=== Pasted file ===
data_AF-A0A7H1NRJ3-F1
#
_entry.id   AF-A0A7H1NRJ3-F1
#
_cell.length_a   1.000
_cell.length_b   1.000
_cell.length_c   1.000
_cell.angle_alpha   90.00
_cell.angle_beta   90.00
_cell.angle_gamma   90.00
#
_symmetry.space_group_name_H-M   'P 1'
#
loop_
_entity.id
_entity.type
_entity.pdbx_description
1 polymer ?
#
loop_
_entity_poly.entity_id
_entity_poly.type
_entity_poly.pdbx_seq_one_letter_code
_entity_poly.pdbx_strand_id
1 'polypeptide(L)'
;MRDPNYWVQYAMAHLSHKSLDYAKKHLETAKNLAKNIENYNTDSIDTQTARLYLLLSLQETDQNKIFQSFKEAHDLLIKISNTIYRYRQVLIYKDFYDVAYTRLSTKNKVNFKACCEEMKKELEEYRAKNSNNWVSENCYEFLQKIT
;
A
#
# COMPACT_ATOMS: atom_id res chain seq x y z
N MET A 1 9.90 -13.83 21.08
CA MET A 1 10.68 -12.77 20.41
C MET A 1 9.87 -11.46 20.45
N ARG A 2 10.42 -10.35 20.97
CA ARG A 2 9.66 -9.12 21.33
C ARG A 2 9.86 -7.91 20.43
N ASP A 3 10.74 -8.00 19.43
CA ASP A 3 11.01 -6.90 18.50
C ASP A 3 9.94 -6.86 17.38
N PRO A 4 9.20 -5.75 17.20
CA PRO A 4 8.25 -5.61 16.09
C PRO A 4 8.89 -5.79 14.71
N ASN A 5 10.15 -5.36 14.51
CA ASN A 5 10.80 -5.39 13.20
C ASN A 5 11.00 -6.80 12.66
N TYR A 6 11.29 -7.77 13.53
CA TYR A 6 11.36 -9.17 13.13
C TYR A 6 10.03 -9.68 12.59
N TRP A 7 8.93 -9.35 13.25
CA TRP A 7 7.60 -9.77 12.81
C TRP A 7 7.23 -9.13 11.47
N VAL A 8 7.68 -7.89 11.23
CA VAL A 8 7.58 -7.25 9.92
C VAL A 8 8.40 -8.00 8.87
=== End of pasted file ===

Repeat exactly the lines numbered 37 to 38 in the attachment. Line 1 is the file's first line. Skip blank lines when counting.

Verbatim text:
N ASP A 3 10.74 -8.00 19.43
CA ASP A 3 11.01 -6.90 18.50